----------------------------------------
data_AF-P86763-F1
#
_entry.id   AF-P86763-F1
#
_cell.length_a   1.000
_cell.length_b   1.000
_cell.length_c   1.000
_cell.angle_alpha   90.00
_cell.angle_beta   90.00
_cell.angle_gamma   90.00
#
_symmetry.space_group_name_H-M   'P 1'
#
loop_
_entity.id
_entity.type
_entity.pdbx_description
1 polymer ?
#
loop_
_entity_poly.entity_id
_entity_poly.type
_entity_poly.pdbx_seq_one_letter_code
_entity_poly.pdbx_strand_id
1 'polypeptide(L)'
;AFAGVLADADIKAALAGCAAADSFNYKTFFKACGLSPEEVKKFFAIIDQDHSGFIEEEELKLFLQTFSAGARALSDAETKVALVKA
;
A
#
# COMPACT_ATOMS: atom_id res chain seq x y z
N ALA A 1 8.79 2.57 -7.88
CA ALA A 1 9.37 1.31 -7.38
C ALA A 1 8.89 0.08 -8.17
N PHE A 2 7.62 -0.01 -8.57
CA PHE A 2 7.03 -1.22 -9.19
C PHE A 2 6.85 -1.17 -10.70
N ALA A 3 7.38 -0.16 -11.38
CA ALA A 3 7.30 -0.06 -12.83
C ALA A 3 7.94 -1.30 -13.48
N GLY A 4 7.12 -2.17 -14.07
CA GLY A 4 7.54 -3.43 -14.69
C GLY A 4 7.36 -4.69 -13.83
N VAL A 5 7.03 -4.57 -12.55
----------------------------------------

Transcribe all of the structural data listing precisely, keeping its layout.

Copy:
data_AF-P86763-F1
#
_entry.id   AF-P86763-F1
#
_cell.length_a   1.000
_cell.length_b   1.000
_cell.length_c   1.000
_cell.angle_alpha   90.00
_cell.angle_beta   90.00
_cell.angle_gamma   90.00
#
_symmetry.space_group_name_H-M   'P 1'
#
loop_
_entity.id
_entity.type
_entity.pdbx_description
1 polymer ?
#
loop_
_entity_poly.entity_id
_entity_poly.type
_entity_poly.pdbx_seq_one_letter_code
_entity_poly.pdbx_strand_id
1 'polypeptide(L)'
;AFAGVLADADIKAALAGCAAADSFNYKTFFKACGLSPEEVKKFFAIIDQDHSGFIEEEELKLFLQTFSAGARALSDAETKVALVKA
;
A
#
# COMPACT_ATOMS: atom_id res chain seq x y z
N ALA A 1 8.79 2.57 -7.88
CA ALA A 1 9.37 1.31 -7.38
C ALA A 1 8.89 0.08 -8.17
N PHE A 2 7.62 -0.01 -8.57
CA PHE A 2 7.03 -1.22 -9.19
C PHE A 2 6.85 -1.17 -10.70
N ALA A 3 7.38 -0.16 -11.38
CA ALA A 3 7.30 -0.06 -12.83
C ALA A 3 7.94 -1.30 -13.48
N GLY A 4 7.12 -2.17 -14.07
CA GLY A 4 7.54 -3.43 -14.69
C GLY A 4 7.36 -4.69 -13.83
N VAL A 5 7.03 -4.57 -12.55